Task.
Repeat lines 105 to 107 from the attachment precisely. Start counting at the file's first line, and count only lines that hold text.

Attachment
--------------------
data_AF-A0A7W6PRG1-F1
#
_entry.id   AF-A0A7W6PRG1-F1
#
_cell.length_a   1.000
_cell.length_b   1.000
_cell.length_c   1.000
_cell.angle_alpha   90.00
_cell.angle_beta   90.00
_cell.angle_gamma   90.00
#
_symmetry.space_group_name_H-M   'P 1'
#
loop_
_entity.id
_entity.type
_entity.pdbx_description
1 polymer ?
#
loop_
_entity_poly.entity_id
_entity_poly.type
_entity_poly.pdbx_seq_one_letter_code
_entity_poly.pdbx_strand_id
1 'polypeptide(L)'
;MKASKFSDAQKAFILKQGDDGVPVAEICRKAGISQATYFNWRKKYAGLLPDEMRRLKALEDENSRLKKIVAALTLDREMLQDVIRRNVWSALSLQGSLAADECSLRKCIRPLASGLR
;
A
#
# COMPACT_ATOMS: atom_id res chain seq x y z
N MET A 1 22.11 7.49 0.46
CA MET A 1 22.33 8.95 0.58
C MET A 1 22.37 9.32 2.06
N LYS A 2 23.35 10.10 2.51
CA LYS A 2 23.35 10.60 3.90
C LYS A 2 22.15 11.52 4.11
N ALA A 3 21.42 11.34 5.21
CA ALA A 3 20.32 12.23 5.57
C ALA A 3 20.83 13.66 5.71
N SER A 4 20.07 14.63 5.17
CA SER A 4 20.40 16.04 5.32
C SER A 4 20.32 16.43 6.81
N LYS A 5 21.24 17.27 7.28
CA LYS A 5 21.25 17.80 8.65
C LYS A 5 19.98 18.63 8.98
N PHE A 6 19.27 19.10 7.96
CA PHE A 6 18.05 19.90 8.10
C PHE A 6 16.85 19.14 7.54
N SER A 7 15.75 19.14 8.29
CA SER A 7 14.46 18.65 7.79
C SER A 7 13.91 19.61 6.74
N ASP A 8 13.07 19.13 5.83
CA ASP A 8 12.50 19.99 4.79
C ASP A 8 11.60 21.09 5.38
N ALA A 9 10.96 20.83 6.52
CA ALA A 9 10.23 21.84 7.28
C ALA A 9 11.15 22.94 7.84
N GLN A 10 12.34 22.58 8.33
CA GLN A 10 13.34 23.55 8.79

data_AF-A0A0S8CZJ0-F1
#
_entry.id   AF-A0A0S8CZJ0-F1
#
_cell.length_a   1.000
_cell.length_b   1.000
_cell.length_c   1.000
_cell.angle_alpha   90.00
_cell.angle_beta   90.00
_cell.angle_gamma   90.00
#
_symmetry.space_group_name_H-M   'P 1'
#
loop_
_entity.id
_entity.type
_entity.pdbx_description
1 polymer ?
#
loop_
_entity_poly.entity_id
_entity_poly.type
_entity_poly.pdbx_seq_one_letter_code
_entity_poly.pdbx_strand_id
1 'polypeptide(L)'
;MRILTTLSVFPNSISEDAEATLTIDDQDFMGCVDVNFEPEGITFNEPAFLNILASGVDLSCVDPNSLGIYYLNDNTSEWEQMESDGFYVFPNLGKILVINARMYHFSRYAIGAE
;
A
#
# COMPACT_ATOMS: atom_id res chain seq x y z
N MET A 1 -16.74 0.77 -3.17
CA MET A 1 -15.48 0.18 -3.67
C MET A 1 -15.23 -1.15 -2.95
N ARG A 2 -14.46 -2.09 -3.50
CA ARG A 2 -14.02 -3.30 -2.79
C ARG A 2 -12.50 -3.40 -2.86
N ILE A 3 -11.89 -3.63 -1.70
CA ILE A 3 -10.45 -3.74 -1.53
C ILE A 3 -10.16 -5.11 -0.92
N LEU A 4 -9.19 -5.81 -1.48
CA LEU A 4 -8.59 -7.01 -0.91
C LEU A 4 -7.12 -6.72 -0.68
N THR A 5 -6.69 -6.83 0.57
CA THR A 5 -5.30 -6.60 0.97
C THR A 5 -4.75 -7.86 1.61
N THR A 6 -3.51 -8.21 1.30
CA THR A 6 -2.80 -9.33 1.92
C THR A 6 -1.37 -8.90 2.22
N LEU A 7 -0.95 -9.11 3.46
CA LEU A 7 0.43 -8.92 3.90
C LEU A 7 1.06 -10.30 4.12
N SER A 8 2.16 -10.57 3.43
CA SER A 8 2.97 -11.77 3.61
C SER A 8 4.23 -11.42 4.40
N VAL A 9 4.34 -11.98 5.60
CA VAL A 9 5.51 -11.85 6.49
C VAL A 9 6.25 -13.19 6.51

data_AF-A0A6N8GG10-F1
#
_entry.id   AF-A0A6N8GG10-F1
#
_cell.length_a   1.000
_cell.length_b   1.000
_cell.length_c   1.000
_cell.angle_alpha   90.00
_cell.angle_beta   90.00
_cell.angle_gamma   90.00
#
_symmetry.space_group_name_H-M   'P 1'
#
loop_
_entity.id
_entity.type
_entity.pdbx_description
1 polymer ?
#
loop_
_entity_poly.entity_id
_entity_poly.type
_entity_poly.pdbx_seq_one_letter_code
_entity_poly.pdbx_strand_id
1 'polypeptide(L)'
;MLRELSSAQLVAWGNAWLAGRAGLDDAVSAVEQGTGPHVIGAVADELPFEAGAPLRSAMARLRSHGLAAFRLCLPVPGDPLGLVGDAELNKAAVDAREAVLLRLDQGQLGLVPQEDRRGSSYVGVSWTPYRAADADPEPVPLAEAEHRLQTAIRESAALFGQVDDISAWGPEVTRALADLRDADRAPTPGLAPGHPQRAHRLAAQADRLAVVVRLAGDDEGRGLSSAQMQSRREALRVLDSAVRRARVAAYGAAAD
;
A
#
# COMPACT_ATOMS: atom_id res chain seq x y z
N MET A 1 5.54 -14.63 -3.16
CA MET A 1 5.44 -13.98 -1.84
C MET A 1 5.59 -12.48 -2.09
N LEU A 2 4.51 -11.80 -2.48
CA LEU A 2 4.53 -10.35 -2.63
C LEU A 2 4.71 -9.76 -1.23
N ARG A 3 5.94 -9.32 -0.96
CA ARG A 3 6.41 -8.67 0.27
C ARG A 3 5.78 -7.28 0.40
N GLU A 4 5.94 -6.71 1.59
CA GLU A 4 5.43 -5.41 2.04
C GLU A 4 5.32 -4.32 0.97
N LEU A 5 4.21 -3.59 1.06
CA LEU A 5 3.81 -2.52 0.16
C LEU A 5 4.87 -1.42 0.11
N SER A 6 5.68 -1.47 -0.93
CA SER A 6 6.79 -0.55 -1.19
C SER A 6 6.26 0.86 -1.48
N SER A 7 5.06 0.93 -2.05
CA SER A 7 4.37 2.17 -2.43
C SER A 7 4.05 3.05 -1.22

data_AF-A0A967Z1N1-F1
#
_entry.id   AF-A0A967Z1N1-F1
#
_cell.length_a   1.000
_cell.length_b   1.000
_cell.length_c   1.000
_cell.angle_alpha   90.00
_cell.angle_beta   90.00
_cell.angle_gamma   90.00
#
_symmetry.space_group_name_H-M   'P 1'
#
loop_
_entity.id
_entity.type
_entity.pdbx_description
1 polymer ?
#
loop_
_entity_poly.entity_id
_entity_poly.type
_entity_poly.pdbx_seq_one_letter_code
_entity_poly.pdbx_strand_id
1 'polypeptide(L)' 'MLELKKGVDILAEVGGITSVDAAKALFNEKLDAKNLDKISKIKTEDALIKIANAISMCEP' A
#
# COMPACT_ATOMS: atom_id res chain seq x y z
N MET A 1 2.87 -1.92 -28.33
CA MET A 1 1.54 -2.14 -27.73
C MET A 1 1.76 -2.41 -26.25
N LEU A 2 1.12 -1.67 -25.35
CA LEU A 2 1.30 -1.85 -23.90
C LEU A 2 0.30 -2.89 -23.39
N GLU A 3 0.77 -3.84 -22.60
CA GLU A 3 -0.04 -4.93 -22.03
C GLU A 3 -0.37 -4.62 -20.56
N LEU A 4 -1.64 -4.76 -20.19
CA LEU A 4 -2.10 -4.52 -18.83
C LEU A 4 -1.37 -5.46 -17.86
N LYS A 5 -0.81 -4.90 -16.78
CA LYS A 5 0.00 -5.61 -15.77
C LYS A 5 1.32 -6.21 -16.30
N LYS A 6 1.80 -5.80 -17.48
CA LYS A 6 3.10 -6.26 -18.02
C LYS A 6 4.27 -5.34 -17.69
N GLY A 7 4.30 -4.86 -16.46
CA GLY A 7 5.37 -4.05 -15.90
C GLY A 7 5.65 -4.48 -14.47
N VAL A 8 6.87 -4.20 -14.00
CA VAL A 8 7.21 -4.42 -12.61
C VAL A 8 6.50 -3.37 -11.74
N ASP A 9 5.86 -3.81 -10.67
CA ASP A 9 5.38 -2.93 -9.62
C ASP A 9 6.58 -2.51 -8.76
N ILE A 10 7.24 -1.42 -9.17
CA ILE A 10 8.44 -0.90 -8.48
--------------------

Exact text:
N THR A 6 -3.51 -8.21 1.30
CA THR A 6 -2.80 -9.33 1.92
C THR A 6 -1.37 -8.90 2.22